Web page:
City Councilman Pete Festersen, one of the council’s strongest recycling advocates, said he had no problem with the mayor and Public Works Department trying to get a better price and said a longer, 10-year contract would match up better with the city’s next trash-hauling contract.

But he said he wants to be sure the city feels some urgency. Firstar’s renegotiated rate with Omaha runs out at the end of 2019. Its contract runs through 2020, but the city and Firstar would have to agree on terms or risk the company turning away the city’s recycling.

“I want to be assured that there’s no interruption in service and no reduction in the types of materials being recycled,” Festersen said.

Gubbels said his company is working with Public Works to inform the next request for proposals to reduce risk for those who might bid. He’d like to try again but is not sure they will.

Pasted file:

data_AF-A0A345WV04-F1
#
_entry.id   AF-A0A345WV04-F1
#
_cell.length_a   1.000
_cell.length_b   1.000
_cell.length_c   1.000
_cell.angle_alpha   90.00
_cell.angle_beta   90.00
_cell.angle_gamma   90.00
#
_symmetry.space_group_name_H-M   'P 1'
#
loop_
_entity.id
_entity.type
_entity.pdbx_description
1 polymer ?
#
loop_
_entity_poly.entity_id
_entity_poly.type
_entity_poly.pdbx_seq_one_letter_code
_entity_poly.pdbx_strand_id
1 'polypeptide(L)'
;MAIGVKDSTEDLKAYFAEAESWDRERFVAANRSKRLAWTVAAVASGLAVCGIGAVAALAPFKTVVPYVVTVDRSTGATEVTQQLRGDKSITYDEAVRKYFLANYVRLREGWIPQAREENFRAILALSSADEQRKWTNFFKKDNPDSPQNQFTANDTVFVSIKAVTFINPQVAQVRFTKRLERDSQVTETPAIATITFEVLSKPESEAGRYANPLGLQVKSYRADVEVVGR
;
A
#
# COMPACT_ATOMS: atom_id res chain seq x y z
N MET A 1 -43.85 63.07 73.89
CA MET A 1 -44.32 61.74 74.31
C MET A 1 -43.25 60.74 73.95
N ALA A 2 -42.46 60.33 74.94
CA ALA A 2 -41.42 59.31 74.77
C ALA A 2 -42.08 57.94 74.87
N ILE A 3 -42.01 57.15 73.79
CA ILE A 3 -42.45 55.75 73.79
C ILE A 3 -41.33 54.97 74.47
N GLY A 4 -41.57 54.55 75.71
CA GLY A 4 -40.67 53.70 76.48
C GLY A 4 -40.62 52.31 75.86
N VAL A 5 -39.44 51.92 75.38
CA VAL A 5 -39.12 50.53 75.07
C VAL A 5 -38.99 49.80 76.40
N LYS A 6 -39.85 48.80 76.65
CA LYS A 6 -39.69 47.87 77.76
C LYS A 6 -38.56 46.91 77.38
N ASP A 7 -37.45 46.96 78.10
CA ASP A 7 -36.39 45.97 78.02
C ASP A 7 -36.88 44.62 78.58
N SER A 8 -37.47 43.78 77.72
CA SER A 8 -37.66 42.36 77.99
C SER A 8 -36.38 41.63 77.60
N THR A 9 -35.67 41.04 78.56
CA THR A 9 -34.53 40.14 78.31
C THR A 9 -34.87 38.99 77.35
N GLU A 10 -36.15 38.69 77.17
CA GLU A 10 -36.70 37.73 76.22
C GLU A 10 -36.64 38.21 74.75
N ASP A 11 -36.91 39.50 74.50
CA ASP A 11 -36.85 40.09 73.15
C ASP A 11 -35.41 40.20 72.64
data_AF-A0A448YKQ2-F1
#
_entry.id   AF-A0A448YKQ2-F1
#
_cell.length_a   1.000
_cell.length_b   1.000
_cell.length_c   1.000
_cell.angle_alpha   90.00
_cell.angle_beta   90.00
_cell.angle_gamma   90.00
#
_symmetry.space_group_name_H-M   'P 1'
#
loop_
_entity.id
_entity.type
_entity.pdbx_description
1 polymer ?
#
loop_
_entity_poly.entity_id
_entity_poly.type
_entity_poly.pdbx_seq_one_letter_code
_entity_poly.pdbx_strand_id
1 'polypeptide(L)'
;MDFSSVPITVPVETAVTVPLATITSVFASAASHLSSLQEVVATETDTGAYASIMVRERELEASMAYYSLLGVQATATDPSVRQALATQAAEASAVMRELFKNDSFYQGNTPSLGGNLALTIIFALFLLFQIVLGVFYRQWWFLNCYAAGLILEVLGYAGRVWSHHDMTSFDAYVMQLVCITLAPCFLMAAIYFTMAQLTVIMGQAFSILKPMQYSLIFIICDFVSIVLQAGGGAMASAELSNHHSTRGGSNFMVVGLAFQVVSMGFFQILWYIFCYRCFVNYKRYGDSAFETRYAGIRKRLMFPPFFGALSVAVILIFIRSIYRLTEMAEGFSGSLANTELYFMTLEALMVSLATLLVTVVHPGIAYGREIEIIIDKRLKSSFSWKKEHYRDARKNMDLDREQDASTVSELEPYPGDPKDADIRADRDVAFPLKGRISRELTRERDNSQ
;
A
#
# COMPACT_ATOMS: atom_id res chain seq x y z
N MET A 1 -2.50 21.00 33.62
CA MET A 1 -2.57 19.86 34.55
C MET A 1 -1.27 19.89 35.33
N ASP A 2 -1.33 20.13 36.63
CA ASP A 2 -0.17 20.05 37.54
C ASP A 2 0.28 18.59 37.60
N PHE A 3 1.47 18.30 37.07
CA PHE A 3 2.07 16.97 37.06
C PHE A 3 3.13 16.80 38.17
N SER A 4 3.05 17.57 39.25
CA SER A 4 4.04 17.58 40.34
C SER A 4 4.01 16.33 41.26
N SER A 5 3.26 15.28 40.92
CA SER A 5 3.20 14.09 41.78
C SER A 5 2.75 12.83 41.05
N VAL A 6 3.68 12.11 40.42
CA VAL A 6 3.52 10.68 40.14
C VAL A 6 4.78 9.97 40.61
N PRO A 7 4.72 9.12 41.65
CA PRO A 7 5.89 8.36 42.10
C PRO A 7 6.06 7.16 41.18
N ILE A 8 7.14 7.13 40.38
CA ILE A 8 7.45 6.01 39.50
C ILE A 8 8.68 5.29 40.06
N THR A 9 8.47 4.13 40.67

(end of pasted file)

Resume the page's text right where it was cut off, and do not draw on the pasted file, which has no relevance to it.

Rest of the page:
“We’re making our best attempt to make it possible for the city and us to manage our way through some challenging times in recycling,” he said.

Omaha's 10 busiest intersections

Get the latest development, jobs and retail news, delivered straight to your inbox every day.

* I understand and agree that registration on or use of this site constitutes agreement to its user agreement and privacy policy.

Commenting is limited to Omaha World-Herald subscribers. To sign up, click here.

If you're already a subscriber and need to activate your access or log in, click here.

Load comments

You must be a full digital subscriber to read this article You must be a digital subscriber to view this article.